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Lincolnshire echoes

Lincolnshire Wolds

Lincolnshire Wolds

Stephen McClarence meets the Queen’s Champion and takes a look at happily forgotten Louth and the Wolds.

The rain buckets down as we drive south through Lincolnshire to meet the next Grand Champion of England. With next year’s 60th anniversary of the Queen’s Coronation in mind, we’re heading to Scrivelsby Court, near Horncastle, home of the Dymoke family, who have been Grand Champions since 1350.

They represent the sort of deep-rooted tradition and pageantry that foreigners love about Britain. The Grand Champion – often called King’s or Queen’s Champion – pledges to take on anyone who denies the monarch’s right to rule.

Until a mere 200 years ago, his great moment came when he rode into Westminster Hall during the Coronation Banquet and challenged doubters to single combat. Wearing full armour, he literally threw down a gauntlet and waited for someone to pick it up. No-one ever did, but the option was always there.

My wife and I drive through the undulating, open landscape of the Lincolnshire Wolds and follow winding hedgerow lanes to reach the Scrivelsby estate. Under the estate’s Lion Gate, topped by a rather camp stone lion, and at the end of a long drive, we’re met by Francis Dymoke, son and heir to the Queen’s Champion, Lt Col John Dymoke. So how many generations has the title been in the family, I ask. “Thirty four,” says Gail, Francis’ wife. Thirty-four generations? “It will be easier if I go and get the family tree,” she says.

While she’s away, a bit of background. My wife and I are exploring the Lincolnshire Wolds, a lovely and little-known corner of England. Their most famous son, Tennyson, was born in the village of Somersby, half a dozen miles from Scrivelsby, and went to school in Louth, where we’re staying. It’s the sort of characterful, old-fashioned market town you assume must have disappeared years ago. Back in the late 1940s, Arthur Mee’s King’s England described it in language as lyrical as the countryside around it: “Louth has known how to grow old gracefully. With its narrow, winding streets, and old inns, houses and shops, it gathers about a marketplace of irregular shape – a clean and trim town wearing a quiet air of prosperity and self-respect.”

Most of that holds true today, thanks to an accident of history. Louth is out on a limb, with no railway links and a long way from the nearest motorway. Miraculously, post-war planners hardly touched it. So it has kept much of its individuality, charm and community feel, with plenty of independent (and award-winning) food shops and no hint of second-home chi-chi.

Anyone who has driven from Yorkshire to Skegness will probably know it. One of the main routes to the resort passes through its centre, taking a sharp right turn at St James’ Church, whose needle-thin 295 ft tower boasts England’s tallest Anglican parish church spire. As we arrive, the church is surrounded by wedding cars, but there’s no wedding inside. The cars have come for a wedding fair, with caterers, dressmakers, photographers, singers, harpists... and churches.

Inside St James’s, a scene of great activity is being watched by carved angels, who crouch in the rafters like divers about to launch themselves into a pool of eternity. Representatives of two dozen local churches have set out their stalls for prospective brides and grooms. Which to choose? St Mary’s, Ludborough or St Vedast’s, Tathwell? St Martin’s, Withcall or All Saints, Legbourne? But there’s no vulgar touting for custom.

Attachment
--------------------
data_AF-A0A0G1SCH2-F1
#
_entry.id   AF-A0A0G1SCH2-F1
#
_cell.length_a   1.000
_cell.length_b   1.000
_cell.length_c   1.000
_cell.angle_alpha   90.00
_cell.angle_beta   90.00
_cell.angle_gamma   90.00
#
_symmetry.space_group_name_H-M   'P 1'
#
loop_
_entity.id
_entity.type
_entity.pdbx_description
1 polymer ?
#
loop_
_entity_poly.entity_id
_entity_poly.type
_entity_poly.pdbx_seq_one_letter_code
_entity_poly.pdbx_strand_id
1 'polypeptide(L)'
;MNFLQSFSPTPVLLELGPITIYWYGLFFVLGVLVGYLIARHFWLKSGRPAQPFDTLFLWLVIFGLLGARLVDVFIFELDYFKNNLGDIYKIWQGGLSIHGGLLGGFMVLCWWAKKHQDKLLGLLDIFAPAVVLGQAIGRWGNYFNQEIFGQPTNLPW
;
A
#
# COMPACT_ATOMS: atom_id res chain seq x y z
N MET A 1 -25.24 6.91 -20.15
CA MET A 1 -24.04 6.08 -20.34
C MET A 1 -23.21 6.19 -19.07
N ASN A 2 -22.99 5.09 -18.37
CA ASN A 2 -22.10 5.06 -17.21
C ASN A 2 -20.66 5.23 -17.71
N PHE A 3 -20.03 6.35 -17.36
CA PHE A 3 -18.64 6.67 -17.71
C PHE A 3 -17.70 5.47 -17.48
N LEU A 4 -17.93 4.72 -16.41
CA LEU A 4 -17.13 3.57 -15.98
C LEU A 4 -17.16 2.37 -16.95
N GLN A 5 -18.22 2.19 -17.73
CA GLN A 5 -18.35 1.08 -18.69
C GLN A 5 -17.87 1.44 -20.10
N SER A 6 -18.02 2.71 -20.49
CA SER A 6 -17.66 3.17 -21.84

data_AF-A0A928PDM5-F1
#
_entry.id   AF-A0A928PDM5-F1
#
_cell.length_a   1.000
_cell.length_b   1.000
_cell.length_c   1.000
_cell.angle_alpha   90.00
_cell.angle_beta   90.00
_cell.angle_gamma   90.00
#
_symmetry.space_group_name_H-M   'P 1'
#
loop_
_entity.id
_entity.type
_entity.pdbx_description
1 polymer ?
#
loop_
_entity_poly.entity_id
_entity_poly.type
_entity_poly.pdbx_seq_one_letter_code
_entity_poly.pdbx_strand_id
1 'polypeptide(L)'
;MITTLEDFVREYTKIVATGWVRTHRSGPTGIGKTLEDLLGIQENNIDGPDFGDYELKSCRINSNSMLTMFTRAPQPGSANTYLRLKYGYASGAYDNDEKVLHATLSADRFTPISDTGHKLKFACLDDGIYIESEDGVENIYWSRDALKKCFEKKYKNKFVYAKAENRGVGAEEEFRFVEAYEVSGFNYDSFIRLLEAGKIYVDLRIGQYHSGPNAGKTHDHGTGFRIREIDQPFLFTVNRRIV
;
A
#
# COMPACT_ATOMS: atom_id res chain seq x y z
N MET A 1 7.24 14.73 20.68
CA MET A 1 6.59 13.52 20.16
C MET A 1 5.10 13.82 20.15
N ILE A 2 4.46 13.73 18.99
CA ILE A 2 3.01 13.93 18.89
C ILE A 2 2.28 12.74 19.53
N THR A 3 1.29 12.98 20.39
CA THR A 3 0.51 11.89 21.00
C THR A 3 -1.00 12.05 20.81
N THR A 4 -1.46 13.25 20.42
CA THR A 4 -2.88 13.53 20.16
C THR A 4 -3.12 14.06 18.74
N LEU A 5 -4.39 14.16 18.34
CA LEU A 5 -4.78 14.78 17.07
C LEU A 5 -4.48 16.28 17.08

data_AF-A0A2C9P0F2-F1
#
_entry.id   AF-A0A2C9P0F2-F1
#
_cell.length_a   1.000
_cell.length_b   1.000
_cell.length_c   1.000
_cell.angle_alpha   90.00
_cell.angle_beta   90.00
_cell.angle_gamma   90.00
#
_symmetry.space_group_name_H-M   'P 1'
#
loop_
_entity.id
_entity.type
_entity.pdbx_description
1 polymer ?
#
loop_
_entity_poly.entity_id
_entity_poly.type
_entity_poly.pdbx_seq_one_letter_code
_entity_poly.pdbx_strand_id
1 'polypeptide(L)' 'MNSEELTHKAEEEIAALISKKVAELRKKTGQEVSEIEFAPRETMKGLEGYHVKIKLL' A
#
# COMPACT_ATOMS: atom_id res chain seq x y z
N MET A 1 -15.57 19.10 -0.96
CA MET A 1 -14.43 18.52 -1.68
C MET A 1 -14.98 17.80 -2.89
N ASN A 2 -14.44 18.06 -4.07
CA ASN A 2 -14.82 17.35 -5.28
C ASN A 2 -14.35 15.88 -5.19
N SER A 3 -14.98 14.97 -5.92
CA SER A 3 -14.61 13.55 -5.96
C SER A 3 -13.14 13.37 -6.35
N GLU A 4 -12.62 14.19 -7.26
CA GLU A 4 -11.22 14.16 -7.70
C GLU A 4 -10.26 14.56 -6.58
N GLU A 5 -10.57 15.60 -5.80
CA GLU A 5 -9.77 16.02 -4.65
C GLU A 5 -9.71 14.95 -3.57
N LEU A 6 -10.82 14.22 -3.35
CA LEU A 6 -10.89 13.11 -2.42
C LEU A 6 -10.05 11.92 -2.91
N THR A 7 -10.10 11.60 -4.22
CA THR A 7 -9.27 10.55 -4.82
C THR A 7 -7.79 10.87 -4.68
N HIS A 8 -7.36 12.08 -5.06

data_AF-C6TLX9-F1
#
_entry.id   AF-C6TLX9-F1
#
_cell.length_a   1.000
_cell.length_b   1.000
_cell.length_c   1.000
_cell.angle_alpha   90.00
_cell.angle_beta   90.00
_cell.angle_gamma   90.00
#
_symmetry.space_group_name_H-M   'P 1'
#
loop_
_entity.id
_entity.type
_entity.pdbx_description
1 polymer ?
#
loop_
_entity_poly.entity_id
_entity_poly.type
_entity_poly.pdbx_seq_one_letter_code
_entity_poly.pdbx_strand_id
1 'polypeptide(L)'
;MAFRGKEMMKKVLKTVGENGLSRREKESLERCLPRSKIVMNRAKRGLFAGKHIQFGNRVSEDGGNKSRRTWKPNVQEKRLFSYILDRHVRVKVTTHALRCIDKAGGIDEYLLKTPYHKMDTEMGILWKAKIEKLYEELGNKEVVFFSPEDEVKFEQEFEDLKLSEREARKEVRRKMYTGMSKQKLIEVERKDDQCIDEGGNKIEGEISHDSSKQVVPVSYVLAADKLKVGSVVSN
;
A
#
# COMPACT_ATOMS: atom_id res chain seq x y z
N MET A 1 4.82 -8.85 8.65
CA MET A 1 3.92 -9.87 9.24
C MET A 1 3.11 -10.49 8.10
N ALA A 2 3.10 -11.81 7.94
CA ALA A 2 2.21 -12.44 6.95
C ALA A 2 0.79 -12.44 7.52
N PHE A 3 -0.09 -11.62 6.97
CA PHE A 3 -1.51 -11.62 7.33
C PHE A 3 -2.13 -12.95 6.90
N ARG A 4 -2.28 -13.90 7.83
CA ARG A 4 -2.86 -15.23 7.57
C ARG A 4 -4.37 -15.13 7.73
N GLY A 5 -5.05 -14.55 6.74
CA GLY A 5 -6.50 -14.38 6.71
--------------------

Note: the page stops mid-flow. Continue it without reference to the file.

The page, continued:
“We’re saying: ‘Have you considered having your wedding in a church rather than a hotel or a town hall?’” says the Rev Chris Turner. “People often think a church is the right place to get married but don’t always know how to make that connection if they haven’t been in one for 20 years. There’s so much competition now and churches are often tucked away.”

Louth itself feels tucked away, behind streets called Pawnshop Passage, Spout Yard, Gospelgate and Pippin Close. Across the Market Place from the offices where Tennyson’s first poems were printed (now an Oxfam shop) is Eve & Ranshaw, a delightful department store founded in 1781 by the paradisically named Adam Eve.

With its sign proclaiming that it has been trading “under nine reigns”, from George III to Elizabeth II, it’s the place to come for wide-fitting shoes and the like.

“Most towns now have a town centre like every other,” says owner David Sandwith. “Most have got a Tesco and a Sainsbury, but we’re fighting that. We’re a bit of a secret, we like to think.”

Back at Scrivelsby, Gail Dymoke returns with a framed family tree. Tree? This is more a Lincolnshire forest. Francis, a farmer, explains that the role is now more ceremonial than combative and that his father, unwell on the day we visit, carried one of the Standards at the 1953 Coronation, “the most memorable day of his life”.

He takes us to Scrivelsby church, where members of the Dymoke dynasty gaze out from monuments.

Francis hopes to succeed his father as Champion. “But nothing’s certain,” he says. “I’ve had a lifetime’s build-up to something that may not happen.” And then, almost casually, he adds: “I was at school with my 22nd cousin.”

Getting there

Kenwick Park Hotel (01507 608806; www.kenwick-park.co.uk) is a comfortable Best Western hotel in wooded grounds on the edge of Louth. It has a country club atmosphere and a championship-standard golf course. B&B doubles from £95.

Further information: Louth Tourist Information Centre: 01507 601111; www.visitlincolnshire.com.

 

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